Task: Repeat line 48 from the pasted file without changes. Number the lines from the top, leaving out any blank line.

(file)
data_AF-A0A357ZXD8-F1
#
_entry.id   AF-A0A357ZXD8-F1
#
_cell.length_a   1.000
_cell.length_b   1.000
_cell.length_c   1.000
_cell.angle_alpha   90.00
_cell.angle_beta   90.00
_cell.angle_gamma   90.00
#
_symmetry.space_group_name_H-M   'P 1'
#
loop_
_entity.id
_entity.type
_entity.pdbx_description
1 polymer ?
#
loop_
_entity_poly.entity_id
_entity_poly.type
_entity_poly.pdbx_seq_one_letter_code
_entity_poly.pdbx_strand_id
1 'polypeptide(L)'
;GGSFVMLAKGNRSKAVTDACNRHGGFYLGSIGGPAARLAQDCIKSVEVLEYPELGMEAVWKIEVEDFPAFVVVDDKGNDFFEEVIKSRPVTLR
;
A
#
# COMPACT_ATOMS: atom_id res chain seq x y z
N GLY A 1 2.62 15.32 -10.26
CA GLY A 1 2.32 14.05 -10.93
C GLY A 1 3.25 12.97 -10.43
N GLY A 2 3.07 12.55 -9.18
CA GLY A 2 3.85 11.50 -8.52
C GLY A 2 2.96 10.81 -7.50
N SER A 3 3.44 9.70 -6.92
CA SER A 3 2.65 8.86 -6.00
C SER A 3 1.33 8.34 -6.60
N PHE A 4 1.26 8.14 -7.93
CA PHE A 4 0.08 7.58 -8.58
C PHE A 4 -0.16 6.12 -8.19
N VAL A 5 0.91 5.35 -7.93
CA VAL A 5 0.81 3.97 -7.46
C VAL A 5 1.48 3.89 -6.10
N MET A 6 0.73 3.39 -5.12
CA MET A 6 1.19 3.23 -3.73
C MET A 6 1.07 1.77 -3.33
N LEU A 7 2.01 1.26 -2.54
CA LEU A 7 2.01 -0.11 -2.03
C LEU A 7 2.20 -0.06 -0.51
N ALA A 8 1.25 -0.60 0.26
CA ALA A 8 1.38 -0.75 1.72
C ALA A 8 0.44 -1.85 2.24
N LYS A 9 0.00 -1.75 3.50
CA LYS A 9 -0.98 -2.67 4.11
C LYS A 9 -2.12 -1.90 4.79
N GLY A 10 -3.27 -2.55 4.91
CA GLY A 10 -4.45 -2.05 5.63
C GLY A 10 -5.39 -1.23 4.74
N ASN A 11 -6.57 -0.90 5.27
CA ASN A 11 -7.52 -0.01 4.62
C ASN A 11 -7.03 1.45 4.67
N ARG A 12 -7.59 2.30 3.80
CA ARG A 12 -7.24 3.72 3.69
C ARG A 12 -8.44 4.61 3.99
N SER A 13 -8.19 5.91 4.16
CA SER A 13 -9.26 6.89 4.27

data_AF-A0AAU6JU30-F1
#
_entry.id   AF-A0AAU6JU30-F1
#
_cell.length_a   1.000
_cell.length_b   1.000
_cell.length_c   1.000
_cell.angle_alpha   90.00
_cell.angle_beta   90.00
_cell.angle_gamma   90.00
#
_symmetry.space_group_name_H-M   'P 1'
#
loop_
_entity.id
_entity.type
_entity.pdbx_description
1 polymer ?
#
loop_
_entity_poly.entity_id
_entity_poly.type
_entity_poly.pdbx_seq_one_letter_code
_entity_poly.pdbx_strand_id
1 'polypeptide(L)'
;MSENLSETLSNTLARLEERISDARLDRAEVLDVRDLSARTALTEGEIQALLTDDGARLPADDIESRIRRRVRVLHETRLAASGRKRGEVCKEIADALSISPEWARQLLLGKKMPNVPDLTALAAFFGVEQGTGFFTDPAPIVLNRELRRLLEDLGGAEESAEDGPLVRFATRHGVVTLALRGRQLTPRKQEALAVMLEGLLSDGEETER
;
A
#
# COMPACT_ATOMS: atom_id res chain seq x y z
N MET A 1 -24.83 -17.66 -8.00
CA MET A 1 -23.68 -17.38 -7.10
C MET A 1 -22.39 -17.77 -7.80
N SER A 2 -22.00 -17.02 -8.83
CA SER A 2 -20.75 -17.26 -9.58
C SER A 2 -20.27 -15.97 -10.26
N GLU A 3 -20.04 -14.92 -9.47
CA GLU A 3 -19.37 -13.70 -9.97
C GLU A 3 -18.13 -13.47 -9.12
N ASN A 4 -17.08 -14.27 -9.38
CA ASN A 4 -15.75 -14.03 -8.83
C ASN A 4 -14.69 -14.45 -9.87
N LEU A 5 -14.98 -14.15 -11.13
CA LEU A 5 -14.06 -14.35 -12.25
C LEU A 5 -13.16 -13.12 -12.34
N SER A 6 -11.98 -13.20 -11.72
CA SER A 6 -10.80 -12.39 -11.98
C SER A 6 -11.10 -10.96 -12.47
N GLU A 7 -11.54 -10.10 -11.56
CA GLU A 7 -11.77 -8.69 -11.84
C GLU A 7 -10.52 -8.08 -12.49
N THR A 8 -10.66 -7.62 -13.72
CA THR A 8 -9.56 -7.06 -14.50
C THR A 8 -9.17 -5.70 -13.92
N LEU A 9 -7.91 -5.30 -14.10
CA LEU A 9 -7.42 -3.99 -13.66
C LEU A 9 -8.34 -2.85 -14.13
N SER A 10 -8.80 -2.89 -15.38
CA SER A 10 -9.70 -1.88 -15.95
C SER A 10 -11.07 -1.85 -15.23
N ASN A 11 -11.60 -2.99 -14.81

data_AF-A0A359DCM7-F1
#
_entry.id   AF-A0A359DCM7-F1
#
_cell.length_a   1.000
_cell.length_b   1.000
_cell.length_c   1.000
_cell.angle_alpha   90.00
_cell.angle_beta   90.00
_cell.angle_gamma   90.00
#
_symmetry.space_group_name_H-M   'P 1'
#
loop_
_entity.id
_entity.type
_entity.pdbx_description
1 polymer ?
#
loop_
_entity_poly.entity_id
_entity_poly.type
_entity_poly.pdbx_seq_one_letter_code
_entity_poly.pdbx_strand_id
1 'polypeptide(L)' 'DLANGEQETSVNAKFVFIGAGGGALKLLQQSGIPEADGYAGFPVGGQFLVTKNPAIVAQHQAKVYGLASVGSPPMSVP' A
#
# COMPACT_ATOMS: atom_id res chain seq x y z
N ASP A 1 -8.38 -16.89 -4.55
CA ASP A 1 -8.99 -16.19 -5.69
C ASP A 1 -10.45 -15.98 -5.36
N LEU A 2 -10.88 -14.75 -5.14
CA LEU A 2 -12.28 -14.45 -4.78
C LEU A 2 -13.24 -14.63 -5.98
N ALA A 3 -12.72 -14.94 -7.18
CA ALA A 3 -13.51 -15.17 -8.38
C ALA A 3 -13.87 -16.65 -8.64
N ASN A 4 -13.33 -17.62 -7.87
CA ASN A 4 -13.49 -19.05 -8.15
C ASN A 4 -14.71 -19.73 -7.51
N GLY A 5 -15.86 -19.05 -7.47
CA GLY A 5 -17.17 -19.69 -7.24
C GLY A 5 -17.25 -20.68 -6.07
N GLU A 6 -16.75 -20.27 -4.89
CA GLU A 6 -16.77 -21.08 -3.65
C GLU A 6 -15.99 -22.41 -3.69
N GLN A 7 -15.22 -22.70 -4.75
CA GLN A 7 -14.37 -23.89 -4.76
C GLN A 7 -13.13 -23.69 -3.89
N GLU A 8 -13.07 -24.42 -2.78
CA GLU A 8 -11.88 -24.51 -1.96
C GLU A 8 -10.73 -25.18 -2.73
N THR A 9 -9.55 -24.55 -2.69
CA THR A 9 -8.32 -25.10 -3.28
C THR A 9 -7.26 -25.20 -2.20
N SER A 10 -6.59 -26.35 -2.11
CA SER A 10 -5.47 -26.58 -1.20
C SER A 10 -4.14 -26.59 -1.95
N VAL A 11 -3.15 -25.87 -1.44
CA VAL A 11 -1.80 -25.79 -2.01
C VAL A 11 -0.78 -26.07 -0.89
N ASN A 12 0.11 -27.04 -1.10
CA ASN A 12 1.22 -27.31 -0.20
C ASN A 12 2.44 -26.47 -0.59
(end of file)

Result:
C MET A 6 1.07 1.77 -3.33